The Hebridean Housing Partnership (HHP) has seen rent arrears soar as tenants fail to pay the cost of the spare room subsidy.
Better known as the ‘bedroom tax’, more than 180 social housing tenants in the Western Isles deemed to have a spare bedroom have been hit with cut in housing benefit.
And now HHP is also feeling the pressure as they report an additional £16,000 in rent arrears has been accumulated due to the policy, with the figure expected to rise.
John Maciver, HHP Director of Operations, explained: “If our arrears continue to increase as our board agree budgets they will have to factor and reflect it in other arrears of expenditure. What the impact will be is difficult to say.
“The initial picture was that one third of people were paying, one third paying in part and one third not paying at all. That has moved on a wee bit as more help has been made available with the Discretionary Housing Payments (DHP).”
The DHP, issued by the Comhairle, totals £107,388 in the Western Isles for the year 2013-14. Tenants who are in the ‘greatest need’ are eligible for help from the fund. Out of the 180 households affected by the ‘bedroom tax’ the majority, around 110, are receiving this assistance.
Mr Maciver continued: “Our position is we expect people to pay rent that is due and will take enforcement action to ensure that. That includes legal action to recover monies and if necessary seek to evict.”
However he stressed: “That is absolutely a last resort. It is not in our interest to do that. Legal action costs money and if you evict the chances of getting the money back is zero. It all about working with people.”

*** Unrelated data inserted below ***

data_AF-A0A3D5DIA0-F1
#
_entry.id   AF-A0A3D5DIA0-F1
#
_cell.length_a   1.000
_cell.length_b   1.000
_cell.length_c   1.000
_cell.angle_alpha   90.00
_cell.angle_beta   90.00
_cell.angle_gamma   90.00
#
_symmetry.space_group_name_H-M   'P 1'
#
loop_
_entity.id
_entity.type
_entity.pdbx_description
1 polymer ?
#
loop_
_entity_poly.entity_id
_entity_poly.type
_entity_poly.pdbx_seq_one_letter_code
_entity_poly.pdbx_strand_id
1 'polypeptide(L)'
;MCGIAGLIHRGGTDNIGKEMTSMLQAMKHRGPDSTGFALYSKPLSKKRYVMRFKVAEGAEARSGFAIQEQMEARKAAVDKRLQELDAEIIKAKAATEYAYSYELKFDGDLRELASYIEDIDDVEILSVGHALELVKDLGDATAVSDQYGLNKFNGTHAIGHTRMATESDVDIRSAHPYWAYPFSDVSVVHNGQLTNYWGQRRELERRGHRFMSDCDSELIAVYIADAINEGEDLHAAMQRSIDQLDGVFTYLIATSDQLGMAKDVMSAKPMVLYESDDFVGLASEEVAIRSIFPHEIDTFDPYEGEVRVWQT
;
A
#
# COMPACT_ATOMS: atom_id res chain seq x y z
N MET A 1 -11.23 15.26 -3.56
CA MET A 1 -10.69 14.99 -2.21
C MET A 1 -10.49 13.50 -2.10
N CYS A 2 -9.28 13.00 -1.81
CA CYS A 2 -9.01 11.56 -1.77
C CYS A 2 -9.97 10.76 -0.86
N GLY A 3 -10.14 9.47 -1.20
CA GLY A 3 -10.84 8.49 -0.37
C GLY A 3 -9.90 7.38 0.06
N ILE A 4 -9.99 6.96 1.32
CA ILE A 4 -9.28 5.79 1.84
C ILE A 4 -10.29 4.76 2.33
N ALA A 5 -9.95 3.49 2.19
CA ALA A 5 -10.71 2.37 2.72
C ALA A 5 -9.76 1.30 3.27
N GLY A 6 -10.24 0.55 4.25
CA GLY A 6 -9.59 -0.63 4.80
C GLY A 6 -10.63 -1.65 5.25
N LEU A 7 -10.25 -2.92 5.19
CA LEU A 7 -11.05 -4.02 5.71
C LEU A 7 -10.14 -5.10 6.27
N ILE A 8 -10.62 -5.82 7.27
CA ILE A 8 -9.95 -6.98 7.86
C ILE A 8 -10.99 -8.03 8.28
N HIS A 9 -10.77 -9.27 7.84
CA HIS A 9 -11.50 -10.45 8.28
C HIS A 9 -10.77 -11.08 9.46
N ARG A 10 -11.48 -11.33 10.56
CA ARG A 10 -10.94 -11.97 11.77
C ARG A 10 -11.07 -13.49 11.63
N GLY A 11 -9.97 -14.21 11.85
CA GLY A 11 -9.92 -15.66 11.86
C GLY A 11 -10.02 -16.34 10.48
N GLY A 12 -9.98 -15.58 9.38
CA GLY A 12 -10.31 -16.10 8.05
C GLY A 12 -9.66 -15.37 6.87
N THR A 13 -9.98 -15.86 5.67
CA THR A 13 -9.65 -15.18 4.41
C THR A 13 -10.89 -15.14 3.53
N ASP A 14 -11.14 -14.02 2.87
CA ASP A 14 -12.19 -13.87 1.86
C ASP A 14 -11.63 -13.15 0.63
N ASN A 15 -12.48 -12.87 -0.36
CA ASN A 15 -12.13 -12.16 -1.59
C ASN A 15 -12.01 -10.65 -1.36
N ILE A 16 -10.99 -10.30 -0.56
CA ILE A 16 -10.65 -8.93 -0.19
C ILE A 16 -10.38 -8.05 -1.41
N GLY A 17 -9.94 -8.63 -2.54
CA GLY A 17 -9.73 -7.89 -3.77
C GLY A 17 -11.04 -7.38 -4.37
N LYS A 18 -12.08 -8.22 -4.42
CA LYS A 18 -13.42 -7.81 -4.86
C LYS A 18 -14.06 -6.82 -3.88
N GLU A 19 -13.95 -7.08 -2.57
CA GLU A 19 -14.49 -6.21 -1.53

He continued: “We are grateful to CNES for the assistance being given both through DHP and through the lobbying of Government to seek an exemption for the islands from this unfair and unjust tax.”
HHP are encouraging all households affected by the ‘bedroom tax’ to seek assistance from the DHP fund. However Mr Maciver explained many are put off doing so as it often requires tenants applying to move to a smaller house.
He continued: “Understandably, many don’t want to move from their home and cannot therefore qualify for DHP payment. But we are advising tenants that even though they apply for rehousing it is likely that waiting times will be very lengthy before any offer would be made because of the demand for smaller houses.”
Meanwhile the Comhairle is continuing its campaign to see an island exemption for the bedroom tax. Council Leader Angus Campbell held a video conference with David Mundell, Parliamentary Under Secretary of State for Scotland, last month and again raised the issue with him.
Asked if he was optimistic the campaign would be successful Mr Maciver commented: “We’re always hopeful common sense will prevail.”
Despite the rising arrears and cost of providing support to tenants a Department for Work and Pensions spokesperson insisted: “It’s simply not affordable to pay housing benefit for people to have spare rooms and our reforms in the social sector mean families receive help for the number of bedrooms they need.”
She continued: “Scotland has been given over £13 million in Discretionary Housing Payment funding this year to help vulnerable people and we are monitoring this spending carefully.”